Germany has returned two cannons from the Second World War to the Netherlands. With a 10-tonner, 43 Recovery Company picked up the pieces in Emden, Germany, and brought them to the military camp near Oldebroek in ’t Harde.
During the mobilisation, which started August 29, 1939, the Dutch cannons also came from a depot at that camp. From there they went to Delfzijl to defend the city against the Germans who invaded the Netherlands on May 10th 1940.
The deployment of the artillery reportedly lasted only five minutes, because very soon the order to withdraw came. Two days later it turned out that the guns had been brought to Emden as spoils of war. After that, the Germans only used them as decorative items: first as a war trophy and later as an ornament on the Karl-Von-Müller-Barracks.
They were too outdated for real use. They already were in the Netherlands. The German Friedrich Krupp in Essen manufactured the field guns in 1881 and 1882. The Dutch army put them into use as ‘cannon 8 cm steel’. With the mobilisation they were actually already 6 years out of armament, but for lack of better they were dusted and deployed. Now, 81 years later, the city of Emden is returning the cannons.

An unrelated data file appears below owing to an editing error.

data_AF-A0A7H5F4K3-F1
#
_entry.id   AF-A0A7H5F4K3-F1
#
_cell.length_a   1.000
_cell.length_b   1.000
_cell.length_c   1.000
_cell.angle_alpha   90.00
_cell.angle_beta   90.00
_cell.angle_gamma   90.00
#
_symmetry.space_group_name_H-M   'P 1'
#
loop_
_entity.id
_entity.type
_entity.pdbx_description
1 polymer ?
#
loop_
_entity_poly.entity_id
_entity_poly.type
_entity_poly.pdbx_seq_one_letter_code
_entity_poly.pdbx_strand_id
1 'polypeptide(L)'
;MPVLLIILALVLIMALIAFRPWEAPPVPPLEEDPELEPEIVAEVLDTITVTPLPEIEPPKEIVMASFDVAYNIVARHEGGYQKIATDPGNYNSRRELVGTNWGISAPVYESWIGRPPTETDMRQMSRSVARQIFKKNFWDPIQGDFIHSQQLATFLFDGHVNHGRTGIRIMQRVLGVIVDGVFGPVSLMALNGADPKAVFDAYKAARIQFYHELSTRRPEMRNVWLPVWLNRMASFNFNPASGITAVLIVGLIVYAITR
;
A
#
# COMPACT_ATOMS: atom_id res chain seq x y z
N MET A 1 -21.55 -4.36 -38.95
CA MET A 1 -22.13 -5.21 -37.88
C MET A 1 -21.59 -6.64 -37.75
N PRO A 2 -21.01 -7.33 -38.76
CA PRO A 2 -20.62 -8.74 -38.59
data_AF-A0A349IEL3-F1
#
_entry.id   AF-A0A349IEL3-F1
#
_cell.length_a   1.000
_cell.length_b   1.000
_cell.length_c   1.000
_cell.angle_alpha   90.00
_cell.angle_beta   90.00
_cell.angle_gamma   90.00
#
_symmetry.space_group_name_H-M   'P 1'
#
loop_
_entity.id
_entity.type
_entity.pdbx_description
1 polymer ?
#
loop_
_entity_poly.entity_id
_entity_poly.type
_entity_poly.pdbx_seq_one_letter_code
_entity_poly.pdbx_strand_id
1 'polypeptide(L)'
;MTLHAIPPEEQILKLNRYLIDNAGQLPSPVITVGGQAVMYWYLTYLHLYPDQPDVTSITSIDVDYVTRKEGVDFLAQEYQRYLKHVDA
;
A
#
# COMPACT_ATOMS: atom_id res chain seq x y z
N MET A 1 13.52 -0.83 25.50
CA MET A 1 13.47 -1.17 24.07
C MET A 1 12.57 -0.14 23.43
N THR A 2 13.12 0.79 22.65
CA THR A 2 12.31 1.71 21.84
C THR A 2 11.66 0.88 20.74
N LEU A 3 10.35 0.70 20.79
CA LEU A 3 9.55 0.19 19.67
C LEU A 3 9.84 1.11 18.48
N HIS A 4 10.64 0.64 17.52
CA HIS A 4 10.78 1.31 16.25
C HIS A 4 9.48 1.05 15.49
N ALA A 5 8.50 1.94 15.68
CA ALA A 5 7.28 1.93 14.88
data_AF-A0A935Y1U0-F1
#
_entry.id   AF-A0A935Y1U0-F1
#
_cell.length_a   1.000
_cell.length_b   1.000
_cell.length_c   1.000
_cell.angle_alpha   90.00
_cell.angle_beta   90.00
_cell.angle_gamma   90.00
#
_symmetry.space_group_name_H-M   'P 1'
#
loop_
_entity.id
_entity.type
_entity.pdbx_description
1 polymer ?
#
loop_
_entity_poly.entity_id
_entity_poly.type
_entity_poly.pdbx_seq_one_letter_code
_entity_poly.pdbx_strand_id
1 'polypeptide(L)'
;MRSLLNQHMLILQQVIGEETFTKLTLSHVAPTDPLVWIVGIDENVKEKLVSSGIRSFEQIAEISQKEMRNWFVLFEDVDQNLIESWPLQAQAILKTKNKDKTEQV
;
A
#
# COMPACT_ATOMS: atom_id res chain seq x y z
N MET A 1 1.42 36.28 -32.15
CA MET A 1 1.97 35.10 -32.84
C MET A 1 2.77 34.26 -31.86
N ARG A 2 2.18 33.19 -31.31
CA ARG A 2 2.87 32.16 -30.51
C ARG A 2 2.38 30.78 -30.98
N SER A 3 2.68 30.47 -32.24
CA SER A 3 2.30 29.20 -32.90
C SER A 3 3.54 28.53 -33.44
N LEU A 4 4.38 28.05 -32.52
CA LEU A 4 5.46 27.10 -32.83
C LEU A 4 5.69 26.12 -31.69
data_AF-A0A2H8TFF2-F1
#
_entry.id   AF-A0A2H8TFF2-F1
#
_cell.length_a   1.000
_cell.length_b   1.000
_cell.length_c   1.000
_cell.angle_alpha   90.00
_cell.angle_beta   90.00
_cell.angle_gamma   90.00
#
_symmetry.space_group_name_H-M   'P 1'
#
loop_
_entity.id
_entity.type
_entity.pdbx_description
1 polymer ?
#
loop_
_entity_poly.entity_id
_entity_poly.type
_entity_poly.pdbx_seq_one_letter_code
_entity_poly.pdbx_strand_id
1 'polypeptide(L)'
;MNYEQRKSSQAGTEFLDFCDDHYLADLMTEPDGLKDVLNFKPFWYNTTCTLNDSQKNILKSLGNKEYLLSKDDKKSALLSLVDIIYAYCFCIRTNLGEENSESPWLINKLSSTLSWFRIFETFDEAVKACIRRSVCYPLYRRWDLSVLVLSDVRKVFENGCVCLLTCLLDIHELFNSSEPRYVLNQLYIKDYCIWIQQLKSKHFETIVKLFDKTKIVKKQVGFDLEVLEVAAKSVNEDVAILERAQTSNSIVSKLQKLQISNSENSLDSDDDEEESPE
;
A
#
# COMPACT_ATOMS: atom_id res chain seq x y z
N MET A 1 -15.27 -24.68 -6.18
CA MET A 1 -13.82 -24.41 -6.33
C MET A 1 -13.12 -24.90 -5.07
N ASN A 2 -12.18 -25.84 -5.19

To a museum
After restoration, one of the guns will be housed in the Historical Collection of the Field Artillery Corps, also known as the Dutch Artillery Museum. The other will initially go to the National Military Museum (NMM). However, there is a good chance that it will eventually go to the historical museum of Delfzijl. The NMM already has another artillery piece of this type.
Bron: Ministerie van Defensie